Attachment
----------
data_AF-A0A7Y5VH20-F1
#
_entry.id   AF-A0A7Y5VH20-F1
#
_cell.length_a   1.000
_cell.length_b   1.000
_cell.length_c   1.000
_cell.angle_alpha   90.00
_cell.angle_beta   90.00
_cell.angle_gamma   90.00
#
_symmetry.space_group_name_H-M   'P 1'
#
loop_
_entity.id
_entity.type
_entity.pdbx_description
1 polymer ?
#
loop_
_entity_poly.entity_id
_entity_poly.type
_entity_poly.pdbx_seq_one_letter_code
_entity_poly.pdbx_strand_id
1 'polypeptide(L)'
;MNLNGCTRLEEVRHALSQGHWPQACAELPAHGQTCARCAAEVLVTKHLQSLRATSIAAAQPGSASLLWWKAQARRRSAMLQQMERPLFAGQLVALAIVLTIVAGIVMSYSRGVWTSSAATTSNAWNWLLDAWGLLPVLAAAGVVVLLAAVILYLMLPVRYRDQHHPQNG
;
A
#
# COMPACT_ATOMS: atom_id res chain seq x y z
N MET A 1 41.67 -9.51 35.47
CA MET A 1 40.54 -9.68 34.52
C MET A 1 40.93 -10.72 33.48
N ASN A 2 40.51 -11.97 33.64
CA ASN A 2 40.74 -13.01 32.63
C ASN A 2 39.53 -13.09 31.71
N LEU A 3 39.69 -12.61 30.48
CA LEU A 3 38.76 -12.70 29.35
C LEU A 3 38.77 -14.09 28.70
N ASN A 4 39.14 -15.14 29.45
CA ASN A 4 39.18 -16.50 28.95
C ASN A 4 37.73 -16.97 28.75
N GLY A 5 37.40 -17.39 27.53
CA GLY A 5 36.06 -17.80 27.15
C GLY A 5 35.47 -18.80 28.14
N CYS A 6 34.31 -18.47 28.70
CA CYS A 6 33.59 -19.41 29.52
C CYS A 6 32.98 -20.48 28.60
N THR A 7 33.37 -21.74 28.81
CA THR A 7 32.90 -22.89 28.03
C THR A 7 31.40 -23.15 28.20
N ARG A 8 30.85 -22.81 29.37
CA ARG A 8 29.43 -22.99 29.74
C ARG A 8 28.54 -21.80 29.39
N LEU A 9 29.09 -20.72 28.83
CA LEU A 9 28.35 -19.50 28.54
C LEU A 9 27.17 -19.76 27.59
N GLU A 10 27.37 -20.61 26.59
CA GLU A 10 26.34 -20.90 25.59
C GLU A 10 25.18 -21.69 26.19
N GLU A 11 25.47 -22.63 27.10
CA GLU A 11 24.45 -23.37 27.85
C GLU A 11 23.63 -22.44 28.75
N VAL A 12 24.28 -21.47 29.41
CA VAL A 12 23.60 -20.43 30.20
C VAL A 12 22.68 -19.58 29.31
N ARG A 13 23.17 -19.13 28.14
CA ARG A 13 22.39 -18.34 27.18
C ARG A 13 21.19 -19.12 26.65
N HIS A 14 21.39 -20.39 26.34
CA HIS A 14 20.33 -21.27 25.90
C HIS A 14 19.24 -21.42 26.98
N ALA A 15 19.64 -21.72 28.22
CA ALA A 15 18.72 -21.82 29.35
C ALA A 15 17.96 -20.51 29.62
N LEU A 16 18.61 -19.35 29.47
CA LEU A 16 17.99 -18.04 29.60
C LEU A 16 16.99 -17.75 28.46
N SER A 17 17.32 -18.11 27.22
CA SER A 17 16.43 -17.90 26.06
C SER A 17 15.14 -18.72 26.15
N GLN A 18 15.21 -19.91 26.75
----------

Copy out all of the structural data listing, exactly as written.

data_AF-A0A7Y5VH20-F1
#
_entry.id   AF-A0A7Y5VH20-F1
#
_cell.length_a   1.000
_cell.length_b   1.000
_cell.length_c   1.000
_cell.angle_alpha   90.00
_cell.angle_beta   90.00
_cell.angle_gamma   90.00
#
_symmetry.space_group_name_H-M   'P 1'
#
loop_
_entity.id
_entity.type
_entity.pdbx_description
1 polymer ?
#
loop_
_entity_poly.entity_id
_entity_poly.type
_entity_poly.pdbx_seq_one_letter_code
_entity_poly.pdbx_strand_id
1 'polypeptide(L)'
;MNLNGCTRLEEVRHALSQGHWPQACAELPAHGQTCARCAAEVLVTKHLQSLRATSIAAAQPGSASLLWWKAQARRRSAMLQQMERPLFAGQLVALAIVLTIVAGIVMSYSRGVWTSSAATTSNAWNWLLDAWGLLPVLAAAGVVVLLAAVILYLMLPVRYRDQHHPQNG
;
A
#
# COMPACT_ATOMS: atom_id res chain seq x y z
N MET A 1 41.67 -9.51 35.47
CA MET A 1 40.54 -9.68 34.52
C MET A 1 40.93 -10.72 33.48
N ASN A 2 40.51 -11.97 33.64
CA ASN A 2 40.74 -13.01 32.63
C ASN A 2 39.53 -13.09 31.71
N LEU A 3 39.69 -12.61 30.48
CA LEU A 3 38.76 -12.70 29.35
C LEU A 3 38.77 -14.09 28.70
N ASN A 4 39.14 -15.14 29.45
CA ASN A 4 39.18 -16.50 28.95
C ASN A 4 37.73 -16.97 28.75
N GLY A 5 37.40 -17.39 27.53
CA GLY A 5 36.06 -17.80 27.15
C GLY A 5 35.47 -18.80 28.14
N CYS A 6 34.31 -18.47 28.70
CA CYS A 6 33.59 -19.41 29.52
C CYS A 6 32.98 -20.48 28.60
N THR A 7 33.37 -21.74 28.81
CA THR A 7 32.90 -22.89 28.03
C THR A 7 31.40 -23.15 28.20
N ARG A 8 30.85 -22.81 29.37
CA ARG A 8 29.43 -22.99 29.74
C ARG A 8 28.54 -21.80 29.39
N LEU A 9 29.09 -20.72 28.83
CA LEU A 9 28.35 -19.50 28.54
C LEU A 9 27.17 -19.76 27.59
N GLU A 10 27.37 -20.61 26.59
CA GLU A 10 26.34 -20.90 25.59
C GLU A 10 25.18 -21.69 26.19
N GLU A 11 25.47 -22.63 27.10
CA GLU A 11 24.45 -23.37 27.85
C GLU A 11 23.63 -22.44 28.75
N VAL A 12 24.28 -21.47 29.41
CA VAL A 12 23.60 -20.43 30.20
C VAL A 12 22.68 -19.58 29.31
N ARG A 13 23.17 -19.13 28.14
CA ARG A 13 22.39 -18.34 27.18
C ARG A 13 21.19 -19.12 26.65
N HIS A 14 21.39 -20.39 26.34
CA HIS A 14 20.33 -21.27 25.90
C HIS A 14 19.24 -21.42 26.98
N ALA A 15 19.64 -21.72 28.22
CA ALA A 15 18.72 -21.82 29.35
C ALA A 15 17.96 -20.51 29.62
N LEU A 16 18.61 -19.35 29.47
CA LEU A 16 17.99 -18.04 29.60
C LEU A 16 16.99 -17.75 28.46
N SER A 17 17.32 -18.11 27.22
CA SER A 17 16.43 -17.90 26.06
C SER A 17 15.14 -18.72 26.15
N GLN A 18 15.21 -19.91 26.75